• Optional parameters:
    • -out_dir    directory where all output files will be
    • -a <string>:  alignment method (default : codon).
      • nt             : nucleotide sequence alignment
      • aa             : amino acid sequence alignment
      • codon      : codon-based alignment (output is nucleotide sequences, but alignment is carried out using amino acid sequences).
      • codon12  : same as “codon” option but only 1st and 2nd nucleotides of a codon are selected. The 3rd position is usually of high variability.
    • -t <integer>      : number of threads to be used (default : 1)
    • -f <integer>      : set a filtering cutoff for gap-containing positions (default: 50)
      • Enter 0~100
      • 0 to select all alignment positions
      • 100 to select positions that are present in all genomes
      • 50 to select positions that are present in a half of genomes
    • -prefix <string>: a prefix is to appended to all output files to recognize each different run. If you don’t designate, one will be generated automatically.
      • e.g. john_115, mycoplasma_1
    • -gsi_threshold: Threshold for Gene Support Index (GSI). 95 means 95%. (default = 95)
    • -raxml : Use RAxML for phylogeny reconstruction (Default: FastTree)
    • -zZ : Make zZ-formatted files. This additionally creates fasta/nwk files with zZ+uid+zZ format for the names of each genome
  • Examples of typical runs
    • java -jar UBCG.jar align -bcg_dir bcg -prefix mytest1   (align and draw trees with bcg files in “bcg” directory and save all results in “output/mytest1” directory.
  • Output files will be generated in output directory (for default) or the directory that you designated with the following name: (if the prefix is mytest1)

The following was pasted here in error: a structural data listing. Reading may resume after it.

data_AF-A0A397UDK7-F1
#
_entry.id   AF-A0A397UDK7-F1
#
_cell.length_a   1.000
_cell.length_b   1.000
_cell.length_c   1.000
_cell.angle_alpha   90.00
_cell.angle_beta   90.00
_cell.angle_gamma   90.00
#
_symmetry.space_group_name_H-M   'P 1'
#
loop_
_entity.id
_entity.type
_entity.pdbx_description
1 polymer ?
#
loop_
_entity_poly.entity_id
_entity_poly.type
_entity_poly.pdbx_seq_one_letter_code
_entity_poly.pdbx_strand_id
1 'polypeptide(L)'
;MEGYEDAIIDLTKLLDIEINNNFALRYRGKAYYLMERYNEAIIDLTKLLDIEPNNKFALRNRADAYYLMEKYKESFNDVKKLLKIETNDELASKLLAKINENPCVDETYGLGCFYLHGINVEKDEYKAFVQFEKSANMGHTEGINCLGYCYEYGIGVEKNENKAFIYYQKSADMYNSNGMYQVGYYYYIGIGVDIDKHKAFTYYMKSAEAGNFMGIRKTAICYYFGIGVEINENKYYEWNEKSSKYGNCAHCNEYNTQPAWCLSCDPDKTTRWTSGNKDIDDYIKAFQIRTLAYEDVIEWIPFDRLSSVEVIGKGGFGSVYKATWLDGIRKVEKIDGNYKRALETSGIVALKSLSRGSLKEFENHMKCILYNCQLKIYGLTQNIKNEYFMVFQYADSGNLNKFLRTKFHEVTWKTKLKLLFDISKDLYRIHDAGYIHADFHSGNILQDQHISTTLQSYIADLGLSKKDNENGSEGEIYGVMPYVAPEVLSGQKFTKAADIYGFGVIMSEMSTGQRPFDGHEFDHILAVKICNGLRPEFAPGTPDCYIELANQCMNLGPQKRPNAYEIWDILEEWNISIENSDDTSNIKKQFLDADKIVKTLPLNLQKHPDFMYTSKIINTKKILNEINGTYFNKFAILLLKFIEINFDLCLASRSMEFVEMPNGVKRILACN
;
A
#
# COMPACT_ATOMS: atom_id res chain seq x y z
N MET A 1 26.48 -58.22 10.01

• nwk files can be viewed by MEGA, FigTree and other tree viewers. MEGA is tested for displaying Gene Support Index (GSI) on the branches of phylogenetic trees.
    • mytest1.log = a text file containing logs (what happened during execution of program)
    • mytest1.UBCG_concat.codon.label.nwk = A Newick file based on UBCG gene set, codon alignment, 50% filtered, labeled with full label
    • mytest1.UBCG_concat.codon.zZ.nwk =  A Newick file based on UBCG gene set, codon alignment,50% filtered, labeled with zZ+Unique id+zZ
    • mytest1.UBCG_concat_gsi.codon.label.nwk = A newick file vased on UBCG + Gene Support Index (GGI) values with full label
    • mytest1.UBCG_concat_gsi.codon.zZ.nwk = A newick file based on UBCG + Gene Support Index (GGI) values with zZ+Unique id+zZ
    • mytest1.concat.codon.50.label.fasta = A FASTA file containing multiple alignments of UBCG genes, codon aligned, 50% filtered with full label
    • mytest1.concat.codon.50.zZ.fasta = A FASTA file containing multiple alignments of UBCG genes, codon aligned, 50% filtered with zZ+Unique id+zZ
    • mytest1.secY.codon.50.label.nwk = A newick file based on a single gene (secY), codon aligned, 50% filtered with full label
    • mytest1.secY.codon.50.zZ.nwk = A newick file based on a single gene (secY), codon aligned, 50% filtered with zZ+Unique id+zZ
    • mytest1.align.secY.codon.50.label.fasta = A FASTA file containing multiple alignment of a single gene (secY), codon aligned, 50% filtered with full label
    • mytest1.align.secY.codon.50.zZ.fasta = A FASTA file containing multiple alignment of a single gene (secY), codon aligned, 50% filtered with zZ+Unique id+zZ

Frequently asked questions

  • How can I access the UBCG gene sequences?

    • All BCG gene sequences, as both nucleotide and amino acid sequences, are stored in a bcg file. It is of the JSON format. Any JSON viewer can be used to explore the content of bcg files. For example, https://codebeautify.org/jsonviewer can be used. Alternatively, a chrome extension can be installed from here, if you use the Chrome web browser.


Last updated Jan 20, 2018, by JC